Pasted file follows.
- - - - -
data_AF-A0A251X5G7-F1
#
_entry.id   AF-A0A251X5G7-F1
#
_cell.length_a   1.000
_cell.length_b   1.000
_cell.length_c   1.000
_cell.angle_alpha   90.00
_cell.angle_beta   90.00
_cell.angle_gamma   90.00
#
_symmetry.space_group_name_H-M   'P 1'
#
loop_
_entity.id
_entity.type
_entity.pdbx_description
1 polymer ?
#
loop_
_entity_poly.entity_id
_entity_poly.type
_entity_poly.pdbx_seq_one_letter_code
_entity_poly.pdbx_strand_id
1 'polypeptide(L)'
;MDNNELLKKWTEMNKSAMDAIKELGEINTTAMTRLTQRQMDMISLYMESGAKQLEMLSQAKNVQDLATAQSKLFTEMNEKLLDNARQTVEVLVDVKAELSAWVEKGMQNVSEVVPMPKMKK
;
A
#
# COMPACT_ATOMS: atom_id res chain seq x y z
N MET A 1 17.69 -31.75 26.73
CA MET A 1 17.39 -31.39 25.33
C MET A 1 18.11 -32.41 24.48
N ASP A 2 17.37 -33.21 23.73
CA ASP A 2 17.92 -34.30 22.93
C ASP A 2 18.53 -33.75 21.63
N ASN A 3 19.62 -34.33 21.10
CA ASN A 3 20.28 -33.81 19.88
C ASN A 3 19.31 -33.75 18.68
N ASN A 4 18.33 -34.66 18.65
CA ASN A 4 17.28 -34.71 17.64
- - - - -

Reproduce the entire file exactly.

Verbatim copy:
data_AF-A0A251X5G7-F1
#
_entry.id   AF-A0A251X5G7-F1
#
_cell.length_a   1.000
_cell.length_b   1.000
_cell.length_c   1.000
_cell.angle_alpha   90.00
_cell.angle_beta   90.00
_cell.angle_gamma   90.00
#
_symmetry.space_group_name_H-M   'P 1'
#
loop_
_entity.id
_entity.type
_entity.pdbx_description
1 polymer ?
#
loop_
_entity_poly.entity_id
_entity_poly.type
_entity_poly.pdbx_seq_one_letter_code
_entity_poly.pdbx_strand_id
1 'polypeptide(L)'
;MDNNELLKKWTEMNKSAMDAIKELGEINTTAMTRLTQRQMDMISLYMESGAKQLEMLSQAKNVQDLATAQSKLFTEMNEKLLDNARQTVEVLVDVKAELSAWVEKGMQNVSEVVPMPKMKK
;
A
#
# COMPACT_ATOMS: atom_id res chain seq x y z
N MET A 1 17.69 -31.75 26.73
CA MET A 1 17.39 -31.39 25.33
C MET A 1 18.11 -32.41 24.48
N ASP A 2 17.37 -33.21 23.73
CA ASP A 2 17.92 -34.30 22.93
C ASP A 2 18.53 -33.75 21.63
N ASN A 3 19.62 -34.33 21.10
CA ASN A 3 20.28 -33.81 19.88
C ASN A 3 19.31 -33.75 18.68
N ASN A 4 18.33 -34.66 18.65
CA ASN A 4 17.28 -34.71 17.64